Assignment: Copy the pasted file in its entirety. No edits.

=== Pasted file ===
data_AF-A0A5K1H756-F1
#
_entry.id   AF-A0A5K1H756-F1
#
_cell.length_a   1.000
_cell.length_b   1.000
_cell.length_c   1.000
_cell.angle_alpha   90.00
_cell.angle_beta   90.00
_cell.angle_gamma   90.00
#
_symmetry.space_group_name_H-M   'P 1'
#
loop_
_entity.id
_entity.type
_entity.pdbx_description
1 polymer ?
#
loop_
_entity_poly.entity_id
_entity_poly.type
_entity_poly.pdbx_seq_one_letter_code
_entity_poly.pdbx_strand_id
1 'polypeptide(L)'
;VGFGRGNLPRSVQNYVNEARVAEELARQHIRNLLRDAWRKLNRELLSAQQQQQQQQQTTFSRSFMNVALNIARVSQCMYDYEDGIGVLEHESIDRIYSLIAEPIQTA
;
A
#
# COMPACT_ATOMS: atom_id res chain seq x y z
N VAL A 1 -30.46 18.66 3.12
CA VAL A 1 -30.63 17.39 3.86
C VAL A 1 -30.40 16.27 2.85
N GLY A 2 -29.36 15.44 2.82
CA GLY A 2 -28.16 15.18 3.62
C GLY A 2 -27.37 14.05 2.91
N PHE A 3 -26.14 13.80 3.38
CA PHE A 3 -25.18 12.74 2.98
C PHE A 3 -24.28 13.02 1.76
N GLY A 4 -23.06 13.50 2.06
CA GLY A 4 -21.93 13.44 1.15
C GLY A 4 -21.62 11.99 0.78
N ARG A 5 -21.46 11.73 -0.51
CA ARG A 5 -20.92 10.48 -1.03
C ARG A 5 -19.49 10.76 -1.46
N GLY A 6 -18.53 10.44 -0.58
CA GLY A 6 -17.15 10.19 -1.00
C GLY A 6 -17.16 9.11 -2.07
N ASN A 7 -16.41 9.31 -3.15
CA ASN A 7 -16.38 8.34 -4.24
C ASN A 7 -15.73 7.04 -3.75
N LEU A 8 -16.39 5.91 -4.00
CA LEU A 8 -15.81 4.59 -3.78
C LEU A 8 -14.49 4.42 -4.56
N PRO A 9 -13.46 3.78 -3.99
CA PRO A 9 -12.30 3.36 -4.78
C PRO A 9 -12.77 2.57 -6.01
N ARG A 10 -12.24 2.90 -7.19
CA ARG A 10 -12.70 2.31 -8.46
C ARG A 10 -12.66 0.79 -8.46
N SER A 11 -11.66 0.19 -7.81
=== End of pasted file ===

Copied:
data_AF-A0A5K1H756-F1
#
_entry.id   AF-A0A5K1H756-F1
#
_cell.length_a   1.000
_cell.length_b   1.000
_cell.length_c   1.000
_cell.angle_alpha   90.00
_cell.angle_beta   90.00
_cell.angle_gamma   90.00
#
_symmetry.space_group_name_H-M   'P 1'
#
loop_
_entity.id
_entity.type
_entity.pdbx_description
1 polymer ?
#
loop_
_entity_poly.entity_id
_entity_poly.type
_entity_poly.pdbx_seq_one_letter_code
_entity_poly.pdbx_strand_id
1 'polypeptide(L)'
;VGFGRGNLPRSVQNYVNEARVAEELARQHIRNLLRDAWRKLNRELLSAQQQQQQQQQTTFSRSFMNVALNIARVSQCMYDYEDGIGVLEHESIDRIYSLIAEPIQTA
;
A
#
# COMPACT_ATOMS: atom_id res chain seq x y z
N VAL A 1 -30.46 18.66 3.12
CA VAL A 1 -30.63 17.39 3.86
C VAL A 1 -30.40 16.27 2.85
N GLY A 2 -29.36 15.44 2.82
CA GLY A 2 -28.16 15.18 3.62
C GLY A 2 -27.37 14.05 2.91
N PHE A 3 -26.14 13.80 3.38
CA PHE A 3 -25.18 12.74 2.98
C PHE A 3 -24.28 13.02 1.76
N GLY A 4 -23.06 13.50 2.06
CA GLY A 4 -21.93 13.44 1.15
C GLY A 4 -21.62 11.99 0.78
N ARG A 5 -21.46 11.73 -0.51
CA ARG A 5 -20.92 10.48 -1.03
C ARG A 5 -19.49 10.76 -1.46
N GLY A 6 -18.53 10.44 -0.58
CA GLY A 6 -17.15 10.19 -1.00
C GLY A 6 -17.16 9.11 -2.07
N ASN A 7 -16.41 9.31 -3.15
CA ASN A 7 -16.38 8.34 -4.24
C ASN A 7 -15.73 7.04 -3.75
N LEU A 8 -16.39 5.91 -4.00
CA LEU A 8 -15.81 4.59 -3.78
C LEU A 8 -14.49 4.42 -4.56
N PRO A 9 -13.46 3.78 -3.99
CA PRO A 9 -12.30 3.36 -4.78
C PRO A 9 -12.77 2.57 -6.01
N ARG A 10 -12.24 2.90 -7.19
CA ARG A 10 -12.70 2.31 -8.46
C ARG A 10 -12.66 0.79 -8.46
N SER A 11 -11.66 0.19 -7.81